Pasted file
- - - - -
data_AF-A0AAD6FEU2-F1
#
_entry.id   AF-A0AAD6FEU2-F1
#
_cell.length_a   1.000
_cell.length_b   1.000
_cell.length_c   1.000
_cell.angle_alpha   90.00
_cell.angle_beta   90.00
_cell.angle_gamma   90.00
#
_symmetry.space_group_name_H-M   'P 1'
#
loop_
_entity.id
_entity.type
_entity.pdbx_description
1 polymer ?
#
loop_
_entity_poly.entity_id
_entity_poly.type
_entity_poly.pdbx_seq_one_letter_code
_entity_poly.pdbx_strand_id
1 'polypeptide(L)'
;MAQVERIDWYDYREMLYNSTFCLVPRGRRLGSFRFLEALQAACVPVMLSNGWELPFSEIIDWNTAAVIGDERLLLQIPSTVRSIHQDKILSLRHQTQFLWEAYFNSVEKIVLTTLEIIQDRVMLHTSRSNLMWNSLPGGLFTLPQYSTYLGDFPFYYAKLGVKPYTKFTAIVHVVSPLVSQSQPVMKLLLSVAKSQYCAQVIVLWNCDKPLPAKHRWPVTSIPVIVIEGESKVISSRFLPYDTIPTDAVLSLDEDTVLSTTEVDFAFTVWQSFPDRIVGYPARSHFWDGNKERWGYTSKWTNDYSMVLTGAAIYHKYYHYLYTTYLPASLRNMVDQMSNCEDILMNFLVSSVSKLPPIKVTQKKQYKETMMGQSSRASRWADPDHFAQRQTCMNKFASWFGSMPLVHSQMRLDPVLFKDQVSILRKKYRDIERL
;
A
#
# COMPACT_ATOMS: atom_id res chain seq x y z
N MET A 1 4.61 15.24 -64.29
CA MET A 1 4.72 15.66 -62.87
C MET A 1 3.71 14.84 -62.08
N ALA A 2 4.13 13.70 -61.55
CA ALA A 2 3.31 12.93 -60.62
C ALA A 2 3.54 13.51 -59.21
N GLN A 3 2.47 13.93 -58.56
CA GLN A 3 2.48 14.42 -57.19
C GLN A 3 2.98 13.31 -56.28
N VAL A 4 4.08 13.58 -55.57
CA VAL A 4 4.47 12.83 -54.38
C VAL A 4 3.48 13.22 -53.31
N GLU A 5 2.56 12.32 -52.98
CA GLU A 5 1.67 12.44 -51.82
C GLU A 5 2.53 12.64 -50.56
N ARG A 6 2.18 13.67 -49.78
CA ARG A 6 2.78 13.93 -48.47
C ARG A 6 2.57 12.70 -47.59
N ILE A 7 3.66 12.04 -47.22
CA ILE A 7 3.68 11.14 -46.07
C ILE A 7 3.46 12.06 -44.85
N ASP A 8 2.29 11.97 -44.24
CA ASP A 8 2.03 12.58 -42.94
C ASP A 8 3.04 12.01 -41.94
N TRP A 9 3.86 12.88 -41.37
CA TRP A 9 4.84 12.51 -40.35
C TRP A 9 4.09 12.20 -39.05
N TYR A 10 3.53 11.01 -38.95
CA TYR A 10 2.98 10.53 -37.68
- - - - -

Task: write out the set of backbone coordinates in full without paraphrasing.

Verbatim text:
data_AF-A0AAD6FEU2-F1
#
_entry.id   AF-A0AAD6FEU2-F1
#
_cell.length_a   1.000
_cell.length_b   1.000
_cell.length_c   1.000
_cell.angle_alpha   90.00
_cell.angle_beta   90.00
_cell.angle_gamma   90.00
#
_symmetry.space_group_name_H-M   'P 1'
#
loop_
_entity.id
_entity.type
_entity.pdbx_description
1 polymer ?
#
loop_
_entity_poly.entity_id
_entity_poly.type
_entity_poly.pdbx_seq_one_letter_code
_entity_poly.pdbx_strand_id
1 'polypeptide(L)'
;MAQVERIDWYDYREMLYNSTFCLVPRGRRLGSFRFLEALQAACVPVMLSNGWELPFSEIIDWNTAAVIGDERLLLQIPSTVRSIHQDKILSLRHQTQFLWEAYFNSVEKIVLTTLEIIQDRVMLHTSRSNLMWNSLPGGLFTLPQYSTYLGDFPFYYAKLGVKPYTKFTAIVHVVSPLVSQSQPVMKLLLSVAKSQYCAQVIVLWNCDKPLPAKHRWPVTSIPVIVIEGESKVISSRFLPYDTIPTDAVLSLDEDTVLSTTEVDFAFTVWQSFPDRIVGYPARSHFWDGNKERWGYTSKWTNDYSMVLTGAAIYHKYYHYLYTTYLPASLRNMVDQMSNCEDILMNFLVSSVSKLPPIKVTQKKQYKETMMGQSSRASRWADPDHFAQRQTCMNKFASWFGSMPLVHSQMRLDPVLFKDQVSILRKKYRDIERL
;
A
#
# COMPACT_ATOMS: atom_id res chain seq x y z
N MET A 1 4.61 15.24 -64.29
CA MET A 1 4.72 15.66 -62.87
C MET A 1 3.71 14.84 -62.08
N ALA A 2 4.13 13.70 -61.55
CA ALA A 2 3.31 12.93 -60.62
C ALA A 2 3.54 13.51 -59.21
N GLN A 3 2.47 13.93 -58.56
CA GLN A 3 2.48 14.42 -57.19
C GLN A 3 2.98 13.31 -56.28
N VAL A 4 4.08 13.58 -55.57
CA VAL A 4 4.47 12.83 -54.38
C VAL A 4 3.48 13.22 -53.31
N GLU A 5 2.56 12.32 -52.98
CA GLU A 5 1.67 12.44 -51.82
C GLU A 5 2.53 12.64 -50.56
N ARG A 6 2.18 13.67 -49.78
CA ARG A 6 2.78 13.93 -48.47
C ARG A 6 2.57 12.70 -47.59
N ILE A 7 3.66 12.04 -47.22
CA ILE A 7 3.68 11.14 -46.07
C ILE A 7 3.46 12.06 -44.85
N ASP A 8 2.29 11.97 -44.24
CA ASP A 8 2.03 12.58 -42.94
C ASP A 8 3.04 12.01 -41.94
N TRP A 9 3.86 12.88 -41.37
CA TRP A 9 4.84 12.51 -40.35
C TRP A 9 4.09 12.20 -39.05
N TYR A 10 3.53 11.01 -38.95
CA TYR A 10 2.98 10.53 -37.68